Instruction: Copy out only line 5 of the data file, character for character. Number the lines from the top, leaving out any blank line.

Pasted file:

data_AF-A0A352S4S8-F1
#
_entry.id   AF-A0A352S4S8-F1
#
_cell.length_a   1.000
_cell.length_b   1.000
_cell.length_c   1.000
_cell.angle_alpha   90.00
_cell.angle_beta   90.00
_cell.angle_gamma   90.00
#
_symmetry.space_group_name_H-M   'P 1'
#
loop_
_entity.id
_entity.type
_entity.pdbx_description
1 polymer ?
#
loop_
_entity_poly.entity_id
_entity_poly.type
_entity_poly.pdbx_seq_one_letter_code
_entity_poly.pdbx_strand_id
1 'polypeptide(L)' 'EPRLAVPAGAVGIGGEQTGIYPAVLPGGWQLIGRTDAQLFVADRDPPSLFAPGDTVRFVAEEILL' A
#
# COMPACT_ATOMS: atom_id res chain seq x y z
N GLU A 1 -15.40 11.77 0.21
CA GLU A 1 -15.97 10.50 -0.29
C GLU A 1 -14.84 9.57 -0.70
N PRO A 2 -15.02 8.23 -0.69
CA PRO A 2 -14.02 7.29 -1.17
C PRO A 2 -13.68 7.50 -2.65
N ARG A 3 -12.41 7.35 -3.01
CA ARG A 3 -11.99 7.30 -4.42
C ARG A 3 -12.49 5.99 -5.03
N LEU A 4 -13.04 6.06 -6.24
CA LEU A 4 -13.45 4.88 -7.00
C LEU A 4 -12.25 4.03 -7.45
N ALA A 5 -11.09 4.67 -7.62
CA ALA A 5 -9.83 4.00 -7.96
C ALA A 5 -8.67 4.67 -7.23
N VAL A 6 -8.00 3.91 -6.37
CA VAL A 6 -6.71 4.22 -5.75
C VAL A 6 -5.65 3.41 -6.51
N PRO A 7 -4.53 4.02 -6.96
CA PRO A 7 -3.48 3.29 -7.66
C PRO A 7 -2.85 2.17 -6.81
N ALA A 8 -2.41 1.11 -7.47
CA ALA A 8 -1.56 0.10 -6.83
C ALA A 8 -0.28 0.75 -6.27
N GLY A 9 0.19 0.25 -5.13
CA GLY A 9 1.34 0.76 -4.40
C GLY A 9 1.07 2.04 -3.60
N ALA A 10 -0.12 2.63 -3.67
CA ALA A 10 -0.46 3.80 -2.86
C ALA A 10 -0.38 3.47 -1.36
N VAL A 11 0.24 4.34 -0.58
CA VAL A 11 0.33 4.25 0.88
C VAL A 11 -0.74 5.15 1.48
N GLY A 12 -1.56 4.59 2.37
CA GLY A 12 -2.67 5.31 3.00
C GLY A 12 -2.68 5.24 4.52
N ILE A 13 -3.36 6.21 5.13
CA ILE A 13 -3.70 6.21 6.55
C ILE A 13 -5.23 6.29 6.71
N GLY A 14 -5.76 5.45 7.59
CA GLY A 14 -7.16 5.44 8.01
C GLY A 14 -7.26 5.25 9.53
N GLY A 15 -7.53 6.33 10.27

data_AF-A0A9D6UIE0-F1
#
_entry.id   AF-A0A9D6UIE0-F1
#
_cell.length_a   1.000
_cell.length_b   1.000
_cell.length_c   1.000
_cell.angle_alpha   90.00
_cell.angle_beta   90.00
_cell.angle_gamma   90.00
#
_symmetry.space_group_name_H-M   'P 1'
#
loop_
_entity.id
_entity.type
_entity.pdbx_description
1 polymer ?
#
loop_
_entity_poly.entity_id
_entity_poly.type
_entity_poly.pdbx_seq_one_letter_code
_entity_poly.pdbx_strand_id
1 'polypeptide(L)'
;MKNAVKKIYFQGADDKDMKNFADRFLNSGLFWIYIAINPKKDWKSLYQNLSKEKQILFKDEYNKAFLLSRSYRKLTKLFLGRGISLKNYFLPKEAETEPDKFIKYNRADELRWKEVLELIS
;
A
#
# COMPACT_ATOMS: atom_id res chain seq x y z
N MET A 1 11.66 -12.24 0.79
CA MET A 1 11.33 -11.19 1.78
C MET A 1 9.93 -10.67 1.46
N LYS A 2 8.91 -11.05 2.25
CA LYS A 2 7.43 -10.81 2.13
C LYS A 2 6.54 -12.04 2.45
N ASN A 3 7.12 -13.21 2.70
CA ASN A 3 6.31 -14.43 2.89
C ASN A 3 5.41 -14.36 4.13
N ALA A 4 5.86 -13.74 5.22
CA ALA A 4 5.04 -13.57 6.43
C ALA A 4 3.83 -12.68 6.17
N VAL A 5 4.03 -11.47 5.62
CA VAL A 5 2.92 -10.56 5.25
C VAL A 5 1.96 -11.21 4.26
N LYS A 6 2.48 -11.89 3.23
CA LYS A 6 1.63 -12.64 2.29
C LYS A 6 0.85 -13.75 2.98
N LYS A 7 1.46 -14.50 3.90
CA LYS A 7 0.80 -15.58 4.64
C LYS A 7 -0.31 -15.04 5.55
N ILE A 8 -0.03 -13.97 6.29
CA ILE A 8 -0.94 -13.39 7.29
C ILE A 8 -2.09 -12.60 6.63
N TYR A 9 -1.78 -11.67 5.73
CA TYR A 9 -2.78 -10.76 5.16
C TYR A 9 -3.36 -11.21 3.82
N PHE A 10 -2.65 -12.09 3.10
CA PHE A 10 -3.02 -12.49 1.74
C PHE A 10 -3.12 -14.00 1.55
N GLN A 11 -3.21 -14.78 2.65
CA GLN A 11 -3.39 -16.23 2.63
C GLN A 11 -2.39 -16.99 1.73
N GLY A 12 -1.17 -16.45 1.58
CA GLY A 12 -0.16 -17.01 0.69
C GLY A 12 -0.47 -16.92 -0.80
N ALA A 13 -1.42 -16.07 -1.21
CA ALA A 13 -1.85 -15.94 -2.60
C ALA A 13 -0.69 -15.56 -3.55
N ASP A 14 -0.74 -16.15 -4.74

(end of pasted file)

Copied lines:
_cell.length_a   1.000